Diabetes & Pregnancy Clinic
Gestational diabetes generally has few symptoms and it is most commonly diagnosed by screening during pregnancy. Diagnostic tests detect inappropriately high levels of glucose in blood samples. Gestational diabetes affects 3-10% of pregnancies
If untreated, it can also cause seizures or still birth. Gestational diabetes is a treatable condition and women who have adequate control of glucose levels can effectively decrease these risks.
- Meals – cut down sweets, eats three small meals and one to three snacks a day, maintain proper mealtimes, and include balanced fiber intake in the form of fruits, vegetables and whole-grains.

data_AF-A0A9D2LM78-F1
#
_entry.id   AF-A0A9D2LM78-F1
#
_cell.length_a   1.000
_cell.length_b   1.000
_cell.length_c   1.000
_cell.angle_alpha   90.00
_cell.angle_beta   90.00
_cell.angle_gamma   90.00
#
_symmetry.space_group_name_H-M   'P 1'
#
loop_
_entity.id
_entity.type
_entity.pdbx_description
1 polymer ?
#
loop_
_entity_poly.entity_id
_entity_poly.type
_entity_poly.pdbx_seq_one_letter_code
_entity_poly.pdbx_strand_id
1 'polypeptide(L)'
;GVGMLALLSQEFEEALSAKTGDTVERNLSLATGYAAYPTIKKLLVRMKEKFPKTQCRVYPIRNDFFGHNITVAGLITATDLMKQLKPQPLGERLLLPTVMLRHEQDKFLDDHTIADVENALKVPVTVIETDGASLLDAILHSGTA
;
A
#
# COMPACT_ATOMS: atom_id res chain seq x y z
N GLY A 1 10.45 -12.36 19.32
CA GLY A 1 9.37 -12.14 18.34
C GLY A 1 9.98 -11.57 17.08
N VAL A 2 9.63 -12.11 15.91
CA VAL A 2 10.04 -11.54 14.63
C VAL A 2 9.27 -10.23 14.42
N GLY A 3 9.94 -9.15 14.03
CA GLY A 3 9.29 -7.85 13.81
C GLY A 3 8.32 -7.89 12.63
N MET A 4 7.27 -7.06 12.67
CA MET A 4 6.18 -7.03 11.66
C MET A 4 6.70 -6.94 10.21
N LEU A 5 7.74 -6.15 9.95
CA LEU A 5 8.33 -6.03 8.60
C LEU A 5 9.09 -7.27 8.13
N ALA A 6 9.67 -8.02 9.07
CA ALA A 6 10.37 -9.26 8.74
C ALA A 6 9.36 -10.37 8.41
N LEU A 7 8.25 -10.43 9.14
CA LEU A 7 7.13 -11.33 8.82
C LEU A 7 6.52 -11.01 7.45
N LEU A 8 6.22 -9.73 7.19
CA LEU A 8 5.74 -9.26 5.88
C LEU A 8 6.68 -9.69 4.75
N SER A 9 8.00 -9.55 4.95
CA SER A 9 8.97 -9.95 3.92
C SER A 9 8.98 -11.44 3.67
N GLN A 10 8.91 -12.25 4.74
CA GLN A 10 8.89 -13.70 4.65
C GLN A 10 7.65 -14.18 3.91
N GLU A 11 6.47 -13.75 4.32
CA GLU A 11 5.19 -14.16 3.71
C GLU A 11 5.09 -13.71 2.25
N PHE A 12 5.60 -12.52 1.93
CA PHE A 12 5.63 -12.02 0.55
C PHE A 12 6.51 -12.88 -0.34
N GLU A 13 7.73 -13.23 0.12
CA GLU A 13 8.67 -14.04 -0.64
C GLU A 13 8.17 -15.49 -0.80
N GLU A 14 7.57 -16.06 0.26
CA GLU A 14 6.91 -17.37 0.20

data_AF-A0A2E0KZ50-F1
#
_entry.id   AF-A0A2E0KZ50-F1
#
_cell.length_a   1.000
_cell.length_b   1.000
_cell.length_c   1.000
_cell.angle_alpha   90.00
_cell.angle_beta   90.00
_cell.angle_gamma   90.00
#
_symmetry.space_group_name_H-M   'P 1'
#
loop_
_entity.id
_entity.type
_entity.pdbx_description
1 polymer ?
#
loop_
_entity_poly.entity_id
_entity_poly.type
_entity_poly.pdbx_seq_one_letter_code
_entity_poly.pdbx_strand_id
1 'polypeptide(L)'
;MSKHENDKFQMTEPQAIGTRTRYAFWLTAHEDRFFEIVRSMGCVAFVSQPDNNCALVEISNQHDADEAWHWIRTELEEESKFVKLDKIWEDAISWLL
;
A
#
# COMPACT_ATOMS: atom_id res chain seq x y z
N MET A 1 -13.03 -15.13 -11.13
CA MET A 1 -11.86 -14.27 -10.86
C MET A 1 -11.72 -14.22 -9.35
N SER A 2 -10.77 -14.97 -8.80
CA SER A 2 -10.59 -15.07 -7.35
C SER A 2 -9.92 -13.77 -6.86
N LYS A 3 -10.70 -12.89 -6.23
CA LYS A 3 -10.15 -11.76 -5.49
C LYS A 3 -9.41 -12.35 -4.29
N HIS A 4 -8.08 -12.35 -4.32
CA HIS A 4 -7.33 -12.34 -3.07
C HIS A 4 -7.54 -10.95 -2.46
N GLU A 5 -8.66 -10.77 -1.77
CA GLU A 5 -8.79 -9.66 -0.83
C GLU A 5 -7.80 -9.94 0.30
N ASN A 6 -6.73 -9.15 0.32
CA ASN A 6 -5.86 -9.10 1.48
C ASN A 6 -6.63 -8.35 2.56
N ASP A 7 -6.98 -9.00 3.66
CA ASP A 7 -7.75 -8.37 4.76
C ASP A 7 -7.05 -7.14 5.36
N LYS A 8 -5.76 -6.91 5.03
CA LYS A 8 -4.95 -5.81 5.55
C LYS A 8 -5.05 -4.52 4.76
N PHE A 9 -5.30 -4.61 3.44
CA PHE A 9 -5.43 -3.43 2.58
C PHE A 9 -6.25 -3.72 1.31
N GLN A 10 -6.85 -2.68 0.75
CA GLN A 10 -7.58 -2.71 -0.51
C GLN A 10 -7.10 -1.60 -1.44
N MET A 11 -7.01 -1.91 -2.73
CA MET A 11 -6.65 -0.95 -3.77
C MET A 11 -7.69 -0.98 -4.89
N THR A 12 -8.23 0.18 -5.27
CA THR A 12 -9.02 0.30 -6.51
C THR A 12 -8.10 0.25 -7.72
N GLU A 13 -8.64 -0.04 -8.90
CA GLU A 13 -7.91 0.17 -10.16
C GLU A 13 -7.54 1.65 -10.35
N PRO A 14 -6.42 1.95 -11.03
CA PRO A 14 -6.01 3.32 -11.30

- Increased physical activity - walking, swimming/aquaerobics, etc.
- Monitor blood sugar level frequently, doctors may ask to check the blood glucose more often than usual.
- The blood sugar level should be below 95 mg/dl (5.3 mmol/l) on awakening, below 140 mg/dl (7.8 mmol/l) one hour after a meal and below 120 mg/dl (6.7 mmol/l) two hours after a meal.
- Each time when checking the blood sugar level, keep a proper record of the results and present to the health care team for evaluation and modification of the treatment. If blood sugar levels are above targets, a perinatal diabetes management team may suggest ways to achieve targets.
- Many may need extra insulin during pregnancy to reach their blood sugar target. Insulin is not harmful for the baby.